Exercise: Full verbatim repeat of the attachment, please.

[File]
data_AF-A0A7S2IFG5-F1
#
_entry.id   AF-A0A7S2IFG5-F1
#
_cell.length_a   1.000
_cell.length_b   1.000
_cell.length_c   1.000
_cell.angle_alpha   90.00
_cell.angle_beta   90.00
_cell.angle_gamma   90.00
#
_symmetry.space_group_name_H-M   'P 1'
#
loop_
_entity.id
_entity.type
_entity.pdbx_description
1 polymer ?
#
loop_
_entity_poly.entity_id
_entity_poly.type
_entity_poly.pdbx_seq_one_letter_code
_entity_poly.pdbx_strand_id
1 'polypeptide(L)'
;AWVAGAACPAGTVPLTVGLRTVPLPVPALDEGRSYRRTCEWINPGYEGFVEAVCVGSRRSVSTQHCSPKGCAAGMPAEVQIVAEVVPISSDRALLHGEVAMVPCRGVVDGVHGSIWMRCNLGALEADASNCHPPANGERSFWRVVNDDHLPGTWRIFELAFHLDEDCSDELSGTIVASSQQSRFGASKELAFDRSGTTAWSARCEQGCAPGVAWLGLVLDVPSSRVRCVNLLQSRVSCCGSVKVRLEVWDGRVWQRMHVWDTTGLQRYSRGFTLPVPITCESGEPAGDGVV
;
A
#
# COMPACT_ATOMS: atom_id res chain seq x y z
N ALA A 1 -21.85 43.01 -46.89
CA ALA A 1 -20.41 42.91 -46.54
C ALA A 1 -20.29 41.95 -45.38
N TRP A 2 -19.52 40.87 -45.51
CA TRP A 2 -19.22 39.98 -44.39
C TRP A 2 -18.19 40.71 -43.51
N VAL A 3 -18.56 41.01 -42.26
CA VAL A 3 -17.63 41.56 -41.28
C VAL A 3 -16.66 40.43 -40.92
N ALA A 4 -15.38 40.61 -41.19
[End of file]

data_AF-A0A7S2IFG5-F1
#
_entry.id   AF-A0A7S2IFG5-F1
#
_cell.length_a   1.000
_cell.length_b   1.000
_cell.length_c   1.000
_cell.angle_alpha   90.00
_cell.angle_beta   90.00
_cell.angle_gamma   90.00
#
_symmetry.space_group_name_H-M   'P 1'
#
loop_
_entity.id
_entity.type
_entity.pdbx_description
1 polymer ?
#
loop_
_entity_poly.entity_id
_entity_poly.type
_entity_poly.pdbx_seq_one_letter_code
_entity_poly.pdbx_strand_id
1 'polypeptide(L)'
;AWVAGAACPAGTVPLTVGLRTVPLPVPALDEGRSYRRTCEWINPGYEGFVEAVCVGSRRSVSTQHCSPKGCAAGMPAEVQIVAEVVPISSDRALLHGEVAMVPCRGVVDGVHGSIWMRCNLGALEADASNCHPPANGERSFWRVVNDDHLPGTWRIFELAFHLDEDCSDELSGTIVASSQQSRFGASKELAFDRSGTTAWSARCEQGCAPGVAWLGLVLDVPSSRVRCVNLLQSRVSCCGSVKVRLEVWDGRVWQRMHVWDTTGLQRYSRGFTLPVPITCESGEPAGDGVV
;
A
#
# COMPACT_ATOMS: atom_id res chain seq x y z
N ALA A 1 -21.85 43.01 -46.89
CA ALA A 1 -20.41 42.91 -46.54
C ALA A 1 -20.29 41.95 -45.38
N TRP A 2 -19.52 40.87 -45.51
CA TRP A 2 -19.22 39.98 -44.39
C TRP A 2 -18.19 40.71 -43.51
N VAL A 3 -18.56 41.01 -42.26
CA VAL A 3 -17.63 41.56 -41.28
C VAL A 3 -16.66 40.43 -40.92
N ALA A 4 -15.38 40.61 -41.19